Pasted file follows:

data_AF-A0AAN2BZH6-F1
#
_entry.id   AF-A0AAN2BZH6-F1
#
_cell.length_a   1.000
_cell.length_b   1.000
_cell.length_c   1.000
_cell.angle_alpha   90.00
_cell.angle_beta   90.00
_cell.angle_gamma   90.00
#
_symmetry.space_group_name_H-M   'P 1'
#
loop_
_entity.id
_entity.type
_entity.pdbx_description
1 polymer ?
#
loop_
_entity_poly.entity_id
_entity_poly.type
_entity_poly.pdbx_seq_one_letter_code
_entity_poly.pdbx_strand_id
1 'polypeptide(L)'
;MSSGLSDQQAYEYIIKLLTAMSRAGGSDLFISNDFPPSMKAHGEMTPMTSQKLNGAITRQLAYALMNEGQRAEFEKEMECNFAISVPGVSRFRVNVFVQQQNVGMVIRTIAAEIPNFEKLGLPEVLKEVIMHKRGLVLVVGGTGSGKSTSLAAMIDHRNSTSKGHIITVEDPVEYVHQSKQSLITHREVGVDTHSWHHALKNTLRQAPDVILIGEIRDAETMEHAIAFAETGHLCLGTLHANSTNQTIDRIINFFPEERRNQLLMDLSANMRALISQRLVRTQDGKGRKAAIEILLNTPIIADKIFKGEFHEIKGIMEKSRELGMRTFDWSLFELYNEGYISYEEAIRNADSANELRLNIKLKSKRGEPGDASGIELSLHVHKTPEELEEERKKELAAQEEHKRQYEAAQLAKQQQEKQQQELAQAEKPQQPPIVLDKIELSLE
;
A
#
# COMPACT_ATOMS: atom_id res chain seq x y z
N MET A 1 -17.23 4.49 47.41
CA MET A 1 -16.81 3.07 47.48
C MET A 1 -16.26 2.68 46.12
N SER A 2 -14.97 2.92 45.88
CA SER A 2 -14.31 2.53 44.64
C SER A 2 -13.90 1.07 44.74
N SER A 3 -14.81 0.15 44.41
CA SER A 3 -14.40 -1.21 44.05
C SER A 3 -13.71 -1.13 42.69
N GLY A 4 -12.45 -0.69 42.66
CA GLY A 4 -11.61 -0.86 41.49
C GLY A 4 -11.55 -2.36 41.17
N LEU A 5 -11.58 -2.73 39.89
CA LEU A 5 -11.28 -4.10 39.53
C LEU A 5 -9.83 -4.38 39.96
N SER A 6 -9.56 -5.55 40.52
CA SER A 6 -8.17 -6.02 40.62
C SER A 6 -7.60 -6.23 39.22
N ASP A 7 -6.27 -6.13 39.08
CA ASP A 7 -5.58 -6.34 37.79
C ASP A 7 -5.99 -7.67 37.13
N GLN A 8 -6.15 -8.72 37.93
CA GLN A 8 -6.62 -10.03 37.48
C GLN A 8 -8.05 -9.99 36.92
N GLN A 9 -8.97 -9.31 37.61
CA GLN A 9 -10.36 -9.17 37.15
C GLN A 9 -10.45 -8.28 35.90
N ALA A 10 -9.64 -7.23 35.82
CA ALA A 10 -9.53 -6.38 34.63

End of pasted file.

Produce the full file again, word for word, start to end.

data_AF-A0AAN2BZH6-F1
#
_entry.id   AF-A0AAN2BZH6-F1
#
_cell.length_a   1.000
_cell.length_b   1.000
_cell.length_c   1.000
_cell.angle_alpha   90.00
_cell.angle_beta   90.00
_cell.angle_gamma   90.00
#
_symmetry.space_group_name_H-M   'P 1'
#
loop_
_entity.id
_entity.type
_entity.pdbx_description
1 polymer ?
#
loop_
_entity_poly.entity_id
_entity_poly.type
_entity_poly.pdbx_seq_one_letter_code
_entity_poly.pdbx_strand_id
1 'polypeptide(L)'
;MSSGLSDQQAYEYIIKLLTAMSRAGGSDLFISNDFPPSMKAHGEMTPMTSQKLNGAITRQLAYALMNEGQRAEFEKEMECNFAISVPGVSRFRVNVFVQQQNVGMVIRTIAAEIPNFEKLGLPEVLKEVIMHKRGLVLVVGGTGSGKSTSLAAMIDHRNSTSKGHIITVEDPVEYVHQSKQSLITHREVGVDTHSWHHALKNTLRQAPDVILIGEIRDAETMEHAIAFAETGHLCLGTLHANSTNQTIDRIINFFPEERRNQLLMDLSANMRALISQRLVRTQDGKGRKAAIEILLNTPIIADKIFKGEFHEIKGIMEKSRELGMRTFDWSLFELYNEGYISYEEAIRNADSANELRLNIKLKSKRGEPGDASGIELSLHVHKTPEELEEERKKELAAQEEHKRQYEAAQLAKQQQEKQQQELAQAEKPQQPPIVLDKIELSLE
;
A
#
# COMPACT_ATOMS: atom_id res chain seq x y z
N MET A 1 -17.23 4.49 47.41
CA MET A 1 -16.81 3.07 47.48
C MET A 1 -16.26 2.68 46.12
N SER A 2 -14.97 2.92 45.88
CA SER A 2 -14.31 2.53 44.64
C SER A 2 -13.90 1.07 44.74
N SER A 3 -14.81 0.15 44.41
CA SER A 3 -14.40 -1.21 44.05
C SER A 3 -13.71 -1.13 42.69
N GLY A 4 -12.45 -0.69 42.66
CA GLY A 4 -11.61 -0.86 41.49
C GLY A 4 -11.55 -2.36 41.17
N LEU A 5 -11.58 -2.73 39.89
CA LEU A 5 -11.28 -4.10 39.53
C LEU A 5 -9.83 -4.38 39.96
N SER A 6 -9.56 -5.55 40.52
CA SER A 6 -8.17 -6.02 40.62
C SER A 6 -7.60 -6.23 39.22
N ASP A 7 -6.27 -6.13 39.08
CA ASP A 7 -5.58 -6.34 37.79
C ASP A 7 -5.99 -7.67 37.13
N GLN A 8 -6.15 -8.72 37.93
CA GLN A 8 -6.62 -10.03 37.48
C GLN A 8 -8.05 -9.99 36.92
N GLN A 9 -8.97 -9.31 37.61
CA GLN A 9 -10.36 -9.17 37.15
C GLN A 9 -10.45 -8.28 35.90
N ALA A 10 -9.64 -7.23 35.82
CA ALA A 10 -9.53 -6.38 34.63